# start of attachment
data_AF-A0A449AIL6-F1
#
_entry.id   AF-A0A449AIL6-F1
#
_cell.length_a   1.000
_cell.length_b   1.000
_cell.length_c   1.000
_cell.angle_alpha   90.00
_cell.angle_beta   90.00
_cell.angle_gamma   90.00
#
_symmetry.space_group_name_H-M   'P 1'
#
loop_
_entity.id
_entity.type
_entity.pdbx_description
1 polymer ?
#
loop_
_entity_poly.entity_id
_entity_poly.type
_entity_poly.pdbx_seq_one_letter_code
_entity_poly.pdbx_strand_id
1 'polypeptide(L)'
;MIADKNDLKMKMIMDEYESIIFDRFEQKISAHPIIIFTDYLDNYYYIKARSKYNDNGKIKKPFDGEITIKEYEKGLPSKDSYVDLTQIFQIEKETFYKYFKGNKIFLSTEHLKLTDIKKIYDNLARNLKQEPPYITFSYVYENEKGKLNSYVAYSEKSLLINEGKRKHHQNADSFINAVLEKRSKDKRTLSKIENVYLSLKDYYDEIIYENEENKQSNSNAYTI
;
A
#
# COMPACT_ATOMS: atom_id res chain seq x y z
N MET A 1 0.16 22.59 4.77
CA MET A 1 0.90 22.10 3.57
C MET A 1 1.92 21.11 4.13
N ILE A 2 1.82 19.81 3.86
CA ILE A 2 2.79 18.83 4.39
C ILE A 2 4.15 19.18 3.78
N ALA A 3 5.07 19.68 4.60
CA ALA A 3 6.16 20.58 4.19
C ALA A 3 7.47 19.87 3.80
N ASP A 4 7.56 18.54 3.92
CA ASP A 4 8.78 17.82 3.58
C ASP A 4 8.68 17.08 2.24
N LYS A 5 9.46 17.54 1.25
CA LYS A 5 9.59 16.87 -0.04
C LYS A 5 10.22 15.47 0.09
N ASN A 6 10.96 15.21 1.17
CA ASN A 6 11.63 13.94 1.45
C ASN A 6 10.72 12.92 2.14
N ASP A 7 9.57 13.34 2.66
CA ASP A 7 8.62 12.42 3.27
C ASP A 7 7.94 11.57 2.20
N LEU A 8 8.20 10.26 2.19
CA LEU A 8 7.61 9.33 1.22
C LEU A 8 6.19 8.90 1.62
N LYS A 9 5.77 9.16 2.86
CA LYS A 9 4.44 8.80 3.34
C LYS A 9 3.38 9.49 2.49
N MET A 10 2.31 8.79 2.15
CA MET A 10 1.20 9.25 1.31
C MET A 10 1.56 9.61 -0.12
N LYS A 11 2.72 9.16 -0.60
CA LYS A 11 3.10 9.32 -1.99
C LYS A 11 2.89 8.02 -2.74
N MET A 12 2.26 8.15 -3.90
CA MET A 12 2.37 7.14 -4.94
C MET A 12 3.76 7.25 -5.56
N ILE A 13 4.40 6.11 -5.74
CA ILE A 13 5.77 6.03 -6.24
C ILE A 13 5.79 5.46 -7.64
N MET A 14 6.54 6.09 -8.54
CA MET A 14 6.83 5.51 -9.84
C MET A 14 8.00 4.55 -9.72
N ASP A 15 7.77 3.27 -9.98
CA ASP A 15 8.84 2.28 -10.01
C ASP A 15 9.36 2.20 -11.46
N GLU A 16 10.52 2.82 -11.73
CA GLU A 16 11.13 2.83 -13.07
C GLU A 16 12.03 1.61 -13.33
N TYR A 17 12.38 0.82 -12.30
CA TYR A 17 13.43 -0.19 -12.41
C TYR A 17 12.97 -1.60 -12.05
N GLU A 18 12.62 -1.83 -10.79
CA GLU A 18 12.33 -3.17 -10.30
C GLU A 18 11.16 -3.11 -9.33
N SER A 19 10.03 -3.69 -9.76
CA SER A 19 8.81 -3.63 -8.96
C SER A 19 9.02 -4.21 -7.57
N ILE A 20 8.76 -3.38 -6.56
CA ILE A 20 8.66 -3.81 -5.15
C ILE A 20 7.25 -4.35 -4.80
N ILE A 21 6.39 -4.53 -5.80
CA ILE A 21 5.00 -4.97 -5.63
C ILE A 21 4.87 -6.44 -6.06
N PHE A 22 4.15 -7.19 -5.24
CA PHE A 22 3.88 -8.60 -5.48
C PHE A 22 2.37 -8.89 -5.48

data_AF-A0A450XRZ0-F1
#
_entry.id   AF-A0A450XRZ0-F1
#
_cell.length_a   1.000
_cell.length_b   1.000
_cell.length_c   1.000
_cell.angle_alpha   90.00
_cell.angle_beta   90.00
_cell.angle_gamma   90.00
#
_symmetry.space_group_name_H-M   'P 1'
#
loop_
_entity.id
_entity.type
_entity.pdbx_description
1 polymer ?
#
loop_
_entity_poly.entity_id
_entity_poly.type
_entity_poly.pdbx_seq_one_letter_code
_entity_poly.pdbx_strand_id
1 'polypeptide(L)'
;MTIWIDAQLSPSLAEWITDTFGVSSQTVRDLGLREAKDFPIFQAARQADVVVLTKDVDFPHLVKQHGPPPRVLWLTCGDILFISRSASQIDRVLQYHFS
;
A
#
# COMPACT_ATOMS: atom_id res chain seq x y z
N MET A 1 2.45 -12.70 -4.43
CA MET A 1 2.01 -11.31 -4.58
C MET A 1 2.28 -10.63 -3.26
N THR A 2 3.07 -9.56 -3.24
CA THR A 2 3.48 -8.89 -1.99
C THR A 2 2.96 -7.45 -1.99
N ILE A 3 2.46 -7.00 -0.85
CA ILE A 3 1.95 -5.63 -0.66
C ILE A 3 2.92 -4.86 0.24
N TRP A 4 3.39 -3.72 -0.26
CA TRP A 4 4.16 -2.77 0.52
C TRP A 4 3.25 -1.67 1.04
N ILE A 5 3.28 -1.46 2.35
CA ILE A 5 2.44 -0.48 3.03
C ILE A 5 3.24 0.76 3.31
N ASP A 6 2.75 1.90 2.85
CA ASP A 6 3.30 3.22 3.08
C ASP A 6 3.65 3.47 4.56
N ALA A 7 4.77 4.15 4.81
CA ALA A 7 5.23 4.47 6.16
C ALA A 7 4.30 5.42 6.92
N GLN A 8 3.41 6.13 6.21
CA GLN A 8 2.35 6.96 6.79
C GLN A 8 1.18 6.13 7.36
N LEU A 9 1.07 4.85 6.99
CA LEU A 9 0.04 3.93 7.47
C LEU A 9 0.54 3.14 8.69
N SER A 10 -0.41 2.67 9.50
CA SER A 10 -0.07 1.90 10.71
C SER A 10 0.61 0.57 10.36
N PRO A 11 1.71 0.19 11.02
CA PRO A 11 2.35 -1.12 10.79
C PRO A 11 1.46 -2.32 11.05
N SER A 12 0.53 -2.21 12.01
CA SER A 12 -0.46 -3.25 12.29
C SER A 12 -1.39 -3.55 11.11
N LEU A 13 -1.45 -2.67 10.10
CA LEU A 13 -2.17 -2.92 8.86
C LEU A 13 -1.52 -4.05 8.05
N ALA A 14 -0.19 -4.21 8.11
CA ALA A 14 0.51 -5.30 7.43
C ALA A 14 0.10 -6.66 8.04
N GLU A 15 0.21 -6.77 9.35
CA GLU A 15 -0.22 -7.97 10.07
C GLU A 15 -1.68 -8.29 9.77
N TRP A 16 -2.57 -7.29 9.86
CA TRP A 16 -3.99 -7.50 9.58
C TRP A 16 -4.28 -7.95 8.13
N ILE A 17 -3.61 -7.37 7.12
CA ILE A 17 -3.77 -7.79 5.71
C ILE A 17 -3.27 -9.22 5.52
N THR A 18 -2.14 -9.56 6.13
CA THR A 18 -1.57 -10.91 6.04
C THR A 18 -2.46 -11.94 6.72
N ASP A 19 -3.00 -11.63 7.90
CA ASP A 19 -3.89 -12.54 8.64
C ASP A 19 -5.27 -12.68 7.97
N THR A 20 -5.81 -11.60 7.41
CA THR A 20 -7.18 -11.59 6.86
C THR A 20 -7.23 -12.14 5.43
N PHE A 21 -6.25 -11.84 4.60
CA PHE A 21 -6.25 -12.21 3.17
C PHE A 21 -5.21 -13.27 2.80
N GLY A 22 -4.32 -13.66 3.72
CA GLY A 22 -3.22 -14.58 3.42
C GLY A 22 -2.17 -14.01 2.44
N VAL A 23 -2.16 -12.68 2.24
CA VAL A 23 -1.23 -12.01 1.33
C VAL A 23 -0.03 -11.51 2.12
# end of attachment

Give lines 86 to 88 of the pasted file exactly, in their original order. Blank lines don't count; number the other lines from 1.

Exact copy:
CA SER A 19 8.81 -3.63 -8.96
C SER A 19 9.02 -4.21 -7.57
N ILE A 20 8.76 -3.38 -6.56